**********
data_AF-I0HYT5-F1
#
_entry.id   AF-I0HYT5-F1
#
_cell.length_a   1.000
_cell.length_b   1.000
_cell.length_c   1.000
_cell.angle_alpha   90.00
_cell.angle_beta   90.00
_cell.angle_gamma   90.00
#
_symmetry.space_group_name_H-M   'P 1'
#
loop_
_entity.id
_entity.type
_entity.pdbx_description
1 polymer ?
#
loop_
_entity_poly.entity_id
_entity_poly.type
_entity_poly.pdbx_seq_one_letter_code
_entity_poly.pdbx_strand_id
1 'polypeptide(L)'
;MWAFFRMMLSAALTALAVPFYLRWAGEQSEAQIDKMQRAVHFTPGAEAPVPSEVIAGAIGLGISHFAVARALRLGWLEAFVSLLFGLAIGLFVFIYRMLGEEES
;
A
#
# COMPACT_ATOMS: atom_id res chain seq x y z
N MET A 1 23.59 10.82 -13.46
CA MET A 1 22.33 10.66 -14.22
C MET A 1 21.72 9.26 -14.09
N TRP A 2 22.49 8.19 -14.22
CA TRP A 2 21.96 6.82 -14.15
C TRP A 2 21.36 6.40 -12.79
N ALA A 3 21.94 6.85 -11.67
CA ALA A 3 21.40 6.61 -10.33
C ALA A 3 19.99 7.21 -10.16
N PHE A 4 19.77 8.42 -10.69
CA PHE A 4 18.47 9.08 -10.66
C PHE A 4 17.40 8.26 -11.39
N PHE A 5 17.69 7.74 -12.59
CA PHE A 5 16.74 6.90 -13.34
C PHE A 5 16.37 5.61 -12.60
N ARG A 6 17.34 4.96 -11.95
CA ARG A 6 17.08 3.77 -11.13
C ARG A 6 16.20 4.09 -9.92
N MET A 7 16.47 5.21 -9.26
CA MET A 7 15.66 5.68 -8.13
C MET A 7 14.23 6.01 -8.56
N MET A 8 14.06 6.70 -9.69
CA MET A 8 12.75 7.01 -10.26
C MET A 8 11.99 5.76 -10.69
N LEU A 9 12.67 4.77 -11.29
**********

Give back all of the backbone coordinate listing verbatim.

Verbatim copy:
data_AF-I0HYT5-F1
#
_entry.id   AF-I0HYT5-F1
#
_cell.length_a   1.000
_cell.length_b   1.000
_cell.length_c   1.000
_cell.angle_alpha   90.00
_cell.angle_beta   90.00
_cell.angle_gamma   90.00
#
_symmetry.space_group_name_H-M   'P 1'
#
loop_
_entity.id
_entity.type
_entity.pdbx_description
1 polymer ?
#
loop_
_entity_poly.entity_id
_entity_poly.type
_entity_poly.pdbx_seq_one_letter_code
_entity_poly.pdbx_strand_id
1 'polypeptide(L)'
;MWAFFRMMLSAALTALAVPFYLRWAGEQSEAQIDKMQRAVHFTPGAEAPVPSEVIAGAIGLGISHFAVARALRLGWLEAFVSLLFGLAIGLFVFIYRMLGEEES
;
A
#
# COMPACT_ATOMS: atom_id res chain seq x y z
N MET A 1 23.59 10.82 -13.46
CA MET A 1 22.33 10.66 -14.22
C MET A 1 21.72 9.26 -14.09
N TRP A 2 22.49 8.19 -14.22
CA TRP A 2 21.96 6.82 -14.15
C TRP A 2 21.36 6.40 -12.79
N ALA A 3 21.94 6.85 -11.67
CA ALA A 3 21.40 6.61 -10.33
C ALA A 3 19.99 7.21 -10.16
N PHE A 4 19.77 8.42 -10.69
CA PHE A 4 18.47 9.08 -10.66
C PHE A 4 17.40 8.26 -11.39
N PHE A 5 17.69 7.74 -12.59
CA PHE A 5 16.74 6.90 -13.34
C PHE A 5 16.37 5.61 -12.60
N ARG A 6 17.34 4.96 -11.95
CA ARG A 6 17.08 3.77 -11.13
C ARG A 6 16.20 4.09 -9.92
N MET A 7 16.47 5.21 -9.26
CA MET A 7 15.66 5.68 -8.13
C MET A 7 14.23 6.01 -8.56
N MET A 8 14.06 6.70 -9.69
CA MET A 8 12.75 7.01 -10.26
C MET A 8 11.99 5.76 -10.69
N LEU A 9 12.67 4.77 -11.29